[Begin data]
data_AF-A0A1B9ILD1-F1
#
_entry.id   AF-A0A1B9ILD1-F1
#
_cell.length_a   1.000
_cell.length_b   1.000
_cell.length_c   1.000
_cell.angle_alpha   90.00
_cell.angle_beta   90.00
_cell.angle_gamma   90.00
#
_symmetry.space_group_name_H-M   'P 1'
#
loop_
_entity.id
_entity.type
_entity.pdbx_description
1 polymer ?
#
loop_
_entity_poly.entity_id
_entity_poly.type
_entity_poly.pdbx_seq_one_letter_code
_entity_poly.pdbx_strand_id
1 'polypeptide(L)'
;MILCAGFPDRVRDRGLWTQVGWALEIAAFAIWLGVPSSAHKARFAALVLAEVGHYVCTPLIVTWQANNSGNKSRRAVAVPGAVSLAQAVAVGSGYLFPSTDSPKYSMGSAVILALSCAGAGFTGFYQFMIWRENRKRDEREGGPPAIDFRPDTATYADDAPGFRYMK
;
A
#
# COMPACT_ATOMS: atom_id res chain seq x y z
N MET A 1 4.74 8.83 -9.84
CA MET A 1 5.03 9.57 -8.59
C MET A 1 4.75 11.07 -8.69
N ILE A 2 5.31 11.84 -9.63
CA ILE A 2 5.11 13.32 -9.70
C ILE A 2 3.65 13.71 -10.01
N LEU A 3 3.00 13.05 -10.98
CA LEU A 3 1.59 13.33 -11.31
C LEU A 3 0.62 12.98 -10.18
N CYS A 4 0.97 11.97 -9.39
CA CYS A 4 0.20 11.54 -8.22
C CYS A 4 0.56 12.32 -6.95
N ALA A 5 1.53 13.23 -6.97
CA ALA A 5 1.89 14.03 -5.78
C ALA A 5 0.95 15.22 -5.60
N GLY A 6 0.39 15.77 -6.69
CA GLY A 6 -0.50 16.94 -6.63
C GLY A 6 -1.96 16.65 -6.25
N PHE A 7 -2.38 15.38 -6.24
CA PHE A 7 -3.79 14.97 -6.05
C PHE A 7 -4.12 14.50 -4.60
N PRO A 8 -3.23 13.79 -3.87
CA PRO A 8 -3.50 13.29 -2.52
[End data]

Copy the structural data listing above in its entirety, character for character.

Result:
data_AF-A0A1B9ILD1-F1
#
_entry.id   AF-A0A1B9ILD1-F1
#
_cell.length_a   1.000
_cell.length_b   1.000
_cell.length_c   1.000
_cell.angle_alpha   90.00
_cell.angle_beta   90.00
_cell.angle_gamma   90.00
#
_symmetry.space_group_name_H-M   'P 1'
#
loop_
_entity.id
_entity.type
_entity.pdbx_description
1 polymer ?
#
loop_
_entity_poly.entity_id
_entity_poly.type
_entity_poly.pdbx_seq_one_letter_code
_entity_poly.pdbx_strand_id
1 'polypeptide(L)'
;MILCAGFPDRVRDRGLWTQVGWALEIAAFAIWLGVPSSAHKARFAALVLAEVGHYVCTPLIVTWQANNSGNKSRRAVAVPGAVSLAQAVAVGSGYLFPSTDSPKYSMGSAVILALSCAGAGFTGFYQFMIWRENRKRDEREGGPPAIDFRPDTATYADDAPGFRYMK
;
A
#
# COMPACT_ATOMS: atom_id res chain seq x y z
N MET A 1 4.74 8.83 -9.84
CA MET A 1 5.03 9.57 -8.59
C MET A 1 4.75 11.07 -8.69
N ILE A 2 5.31 11.84 -9.63
CA ILE A 2 5.11 13.32 -9.70
C ILE A 2 3.65 13.71 -10.01
N LEU A 3 3.00 13.05 -10.98
CA LEU A 3 1.59 13.33 -11.31
C LEU A 3 0.62 12.98 -10.18
N CYS A 4 0.97 11.97 -9.39
CA CYS A 4 0.20 11.54 -8.22
C CYS A 4 0.56 12.32 -6.95
N ALA A 5 1.53 13.23 -6.97
CA ALA A 5 1.89 14.03 -5.78
C ALA A 5 0.95 15.22 -5.60
N GLY A 6 0.39 15.77 -6.69
CA GLY A 6 -0.50 16.94 -6.63
C GLY A 6 -1.96 16.65 -6.25
N PHE A 7 -2.38 15.38 -6.24
CA PHE A 7 -3.79 14.97 -6.05
C PHE A 7 -4.12 14.50 -4.60
N PRO A 8 -3.23 13.79 -3.87
CA PRO A 8 -3.50 13.29 -2.52